Cell Controller

While it would have been perfectly possible to write an MSc thesis based purely on literature search, theory and analysis it is always nice to do something practical. My supervisor said that the university had been given  an old conveyor system by IBM which was currently dumped in the corner of one of the laboratories. He said there was a long-term goal to assemble a group of machines that could work together as a demonstration machine cell set up around their Rediffusion Reflex Robot. Perhaps I could have a look at it?

Going down to the basement laboratory I found the conveyor still linked by its heavy umbilical cable to a rack of control gear. Alongside was a pile of bits that had been slowly growing smaller as they were 'borrowed' for other projects. As there were no drawings or any other information I opened up the rack and found a cage with various discrete logic boards in it. In the base of the rack was a star/delta transformer and a panel with various solid-state relays and contactors. It would have taken too long to try and work out how the discrete logic worked - if it still worked. However it was easy to demonstrate that the track motor and auxiliaries  operated when their relays were energised.  So if a new control system could be fitted between the existing control panel and the relays the conveyor could be brought back to life.

Various industrial controller from the 'famous names' were surveyed - and their high prices noted! Fortunately I found a small modular computer system made by Warwick Designs - CHUM 1 for a total price of 250. Would the university foot the bill? After a bit of muttering about meagre university budgets my supervisor agreed to foot the bill. We now had a project which would discuss the theory of interfacing machine tools to computers and give a practical demonstration involving the conveyor and the robot.

The first practical difficulty was that the conveyor and the robot at that time lived in two different laboratories. Another problem was that the robot was jealously guarded by a PhD student! However right next to the conveyor was a line of BBC B computers that were available for student use. One of these could be used to simulate the connection to the robot.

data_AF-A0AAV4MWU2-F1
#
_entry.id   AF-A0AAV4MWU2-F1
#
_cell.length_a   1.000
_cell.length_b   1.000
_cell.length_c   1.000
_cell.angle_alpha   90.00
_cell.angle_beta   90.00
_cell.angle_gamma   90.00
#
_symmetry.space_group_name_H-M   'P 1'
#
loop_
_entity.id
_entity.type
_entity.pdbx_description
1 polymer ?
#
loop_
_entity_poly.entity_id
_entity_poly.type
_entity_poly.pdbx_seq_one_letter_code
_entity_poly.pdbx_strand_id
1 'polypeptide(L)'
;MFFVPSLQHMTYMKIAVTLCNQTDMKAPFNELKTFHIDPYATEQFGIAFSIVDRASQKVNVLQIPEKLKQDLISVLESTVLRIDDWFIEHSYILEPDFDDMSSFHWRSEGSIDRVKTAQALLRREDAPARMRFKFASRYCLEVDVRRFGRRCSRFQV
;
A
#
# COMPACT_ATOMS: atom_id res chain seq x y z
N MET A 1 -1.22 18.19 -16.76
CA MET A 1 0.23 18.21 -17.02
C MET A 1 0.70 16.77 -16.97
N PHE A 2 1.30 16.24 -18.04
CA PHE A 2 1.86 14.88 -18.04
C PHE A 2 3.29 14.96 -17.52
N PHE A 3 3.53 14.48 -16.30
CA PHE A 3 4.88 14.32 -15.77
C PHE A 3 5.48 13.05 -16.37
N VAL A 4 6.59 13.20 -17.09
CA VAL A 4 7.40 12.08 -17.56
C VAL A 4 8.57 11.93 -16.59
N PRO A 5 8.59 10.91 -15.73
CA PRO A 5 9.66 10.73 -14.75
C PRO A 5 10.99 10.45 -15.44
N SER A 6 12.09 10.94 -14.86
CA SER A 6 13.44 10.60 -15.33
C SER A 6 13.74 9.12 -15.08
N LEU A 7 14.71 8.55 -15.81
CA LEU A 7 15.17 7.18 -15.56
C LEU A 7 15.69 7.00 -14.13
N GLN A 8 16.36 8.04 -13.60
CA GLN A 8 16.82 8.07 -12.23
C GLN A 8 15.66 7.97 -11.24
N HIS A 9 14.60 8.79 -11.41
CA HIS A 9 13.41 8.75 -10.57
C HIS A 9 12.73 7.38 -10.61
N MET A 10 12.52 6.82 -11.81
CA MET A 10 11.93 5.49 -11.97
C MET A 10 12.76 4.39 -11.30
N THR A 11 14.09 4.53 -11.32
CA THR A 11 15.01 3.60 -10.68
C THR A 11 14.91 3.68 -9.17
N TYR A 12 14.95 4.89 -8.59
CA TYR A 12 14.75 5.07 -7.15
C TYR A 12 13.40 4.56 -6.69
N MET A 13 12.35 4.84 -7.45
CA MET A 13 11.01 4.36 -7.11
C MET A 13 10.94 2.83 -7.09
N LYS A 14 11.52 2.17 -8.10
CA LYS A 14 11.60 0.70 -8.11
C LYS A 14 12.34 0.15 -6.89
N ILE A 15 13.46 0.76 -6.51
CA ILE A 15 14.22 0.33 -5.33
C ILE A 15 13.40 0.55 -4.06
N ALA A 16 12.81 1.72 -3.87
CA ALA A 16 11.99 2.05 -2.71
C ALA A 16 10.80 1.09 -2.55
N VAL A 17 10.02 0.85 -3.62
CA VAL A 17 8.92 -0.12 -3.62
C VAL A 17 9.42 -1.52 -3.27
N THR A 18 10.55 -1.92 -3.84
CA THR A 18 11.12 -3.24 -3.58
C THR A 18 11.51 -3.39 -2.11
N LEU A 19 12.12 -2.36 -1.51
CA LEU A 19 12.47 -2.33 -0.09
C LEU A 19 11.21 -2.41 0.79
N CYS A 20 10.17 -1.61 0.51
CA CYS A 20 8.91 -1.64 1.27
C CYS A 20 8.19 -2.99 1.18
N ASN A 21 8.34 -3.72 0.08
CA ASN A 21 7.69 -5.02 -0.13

Once we had got the CHUM and its Input/Output modules wired into the rack the next step was to connect the CHUM to the BBC B and get to grips with the programming. The hardware was  straightforward, just a simple RS 432C cable connection. Getting the BBC to speak to the cable took a little while to sort out as it involved using  the correct commands to the serial interface with the arcane "*FX" statements peculiar to the BBC B that are not well documented. After a few trials; ignoring what it said in the manual; stealing from 'working routines' I found a sub-routine that worked and I was in business.

As computers go the CHUM was not very big. Its instruction manual wasn't very big either and it left out a few things that it would have been nice to know early. One such thing was the fact that each line of code was probably 'tokenized'  and took up a fixed block of memory. All of the examples in the manual showed simple programs using the conventional line numbering used in the BASIC language, i.e. 10, 20, 30 ..etc. Perfectly correct but it would have been nice to know that CHUM was reserving space for all the missed lines in between. Suffice it to say that if convention was followed the limited memory space was reduced to a tenth of its actual size by all that reserved space. OK if you have 1Gb to play with but not if you only have 2k!

The result of that discovery was that I ended up writing 'expand' and 'compact' routines on the BBC that could 'open up' a CHUM program for modification and 'close up' the program for download to CHUM. About that time I discovered a little habit of the BBC that I might not have found if the CHUM had been bigger. CHUM restricted variable names to the letters A#-Z#, where # could be null or numbers 0-9. I had been getting on well with the main CHUM program which was nearly complete. Just as well because I had the thesis to write up and exams to pass. Then it all went wrong. Code lines simply went missing. Where had they gone? Of course the first place you look is around the place that you put them. When you can't find them you re-write them. Now you know they are there. Then they go missing again. Not funny.

Time was getting short and I set myself targets like if it wasn't fixed by Wednesday I would abandon the routine and do something else like writing code close-spaced. In the event because the routines were so useful I over-ran my self-imposed time limit so as to fix the problem. It turned out that I whenever I used the variables E0-E9 the BBC stuck its own little oar in, (something else not in the manual?). The BBC decided that E0 really meant 1, E1 meant 100 and E3 meant 1000, a form of scientific notation. So if I wrote something like:

20 E1=5
30 F1=9
40 J1=11

this became:

30 F1=9
40 J1=11
100 =5

and after compacting:

2 F1=9
3 J1=11
4  =5

Of course in practice the lines represented by 30 and 40 could be a major block of code and the remains of the broken line 20 would then be well separated. After this problem was fixed, the thesis written up, the degree awarded and I left, the robot went to live with the conveyor. I wonder if they ever did get to speak to each other though?

Ex-IBM conveyor, control cabinet and robot

Reflex Robot, Conveyor and Control Rack
(finally all together)

MSc Thesis Machine-Tool - Computer Interfacing (2Mb .pdf)